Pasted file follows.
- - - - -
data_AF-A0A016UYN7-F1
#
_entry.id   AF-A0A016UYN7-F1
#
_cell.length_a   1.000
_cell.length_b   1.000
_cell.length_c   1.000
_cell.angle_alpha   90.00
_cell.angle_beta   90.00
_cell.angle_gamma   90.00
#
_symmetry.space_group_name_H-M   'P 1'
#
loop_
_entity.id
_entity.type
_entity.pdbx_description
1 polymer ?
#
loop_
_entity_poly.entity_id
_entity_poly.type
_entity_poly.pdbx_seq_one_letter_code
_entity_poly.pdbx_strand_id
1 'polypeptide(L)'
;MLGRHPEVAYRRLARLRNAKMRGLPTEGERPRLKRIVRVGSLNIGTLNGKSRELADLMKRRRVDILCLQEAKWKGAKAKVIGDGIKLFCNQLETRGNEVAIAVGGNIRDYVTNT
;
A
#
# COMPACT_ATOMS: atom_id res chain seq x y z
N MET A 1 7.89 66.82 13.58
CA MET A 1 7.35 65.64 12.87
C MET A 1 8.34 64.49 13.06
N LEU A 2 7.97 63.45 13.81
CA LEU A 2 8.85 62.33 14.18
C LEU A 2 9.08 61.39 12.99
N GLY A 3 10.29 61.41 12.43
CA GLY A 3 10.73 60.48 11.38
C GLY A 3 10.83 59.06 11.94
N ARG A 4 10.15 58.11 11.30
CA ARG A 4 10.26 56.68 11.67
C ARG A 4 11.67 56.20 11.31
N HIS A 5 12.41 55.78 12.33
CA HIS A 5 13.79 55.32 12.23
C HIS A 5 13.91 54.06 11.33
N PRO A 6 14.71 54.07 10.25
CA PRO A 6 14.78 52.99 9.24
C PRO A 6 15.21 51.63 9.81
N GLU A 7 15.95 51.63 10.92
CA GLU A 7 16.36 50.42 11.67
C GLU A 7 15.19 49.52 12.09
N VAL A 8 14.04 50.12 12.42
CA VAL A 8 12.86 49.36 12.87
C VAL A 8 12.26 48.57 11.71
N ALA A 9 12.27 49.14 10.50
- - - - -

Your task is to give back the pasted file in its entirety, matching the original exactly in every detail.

data_AF-A0A016UYN7-F1
#
_entry.id   AF-A0A016UYN7-F1
#
_cell.length_a   1.000
_cell.length_b   1.000
_cell.length_c   1.000
_cell.angle_alpha   90.00
_cell.angle_beta   90.00
_cell.angle_gamma   90.00
#
_symmetry.space_group_name_H-M   'P 1'
#
loop_
_entity.id
_entity.type
_entity.pdbx_description
1 polymer ?
#
loop_
_entity_poly.entity_id
_entity_poly.type
_entity_poly.pdbx_seq_one_letter_code
_entity_poly.pdbx_strand_id
1 'polypeptide(L)'
;MLGRHPEVAYRRLARLRNAKMRGLPTEGERPRLKRIVRVGSLNIGTLNGKSRELADLMKRRRVDILCLQEAKWKGAKAKVIGDGIKLFCNQLETRGNEVAIAVGGNIRDYVTNT
;
A
#
# COMPACT_ATOMS: atom_id res chain seq x y z
N MET A 1 7.89 66.82 13.58
CA MET A 1 7.35 65.64 12.87
C MET A 1 8.34 64.49 13.06
N LEU A 2 7.97 63.45 13.81
CA LEU A 2 8.85 62.33 14.18
C LEU A 2 9.08 61.39 12.99
N GLY A 3 10.29 61.41 12.43
CA GLY A 3 10.73 60.48 11.38
C GLY A 3 10.83 59.06 11.94
N ARG A 4 10.15 58.11 11.30
CA ARG A 4 10.26 56.68 11.67
C ARG A 4 11.67 56.20 11.31
N HIS A 5 12.41 55.78 12.33
CA HIS A 5 13.79 55.32 12.23
C HIS A 5 13.91 54.06 11.33
N PRO A 6 14.71 54.07 10.25
CA PRO A 6 14.78 52.99 9.24
C PRO A 6 15.21 51.63 9.81
N GLU A 7 15.95 51.63 10.92
CA GLU A 7 16.36 50.42 11.67
C GLU A 7 15.19 49.52 12.09
N VAL A 8 14.04 50.12 12.42
CA VAL A 8 12.86 49.36 12.87
C VAL A 8 12.26 48.57 11.71
N ALA A 9 12.27 49.14 10.50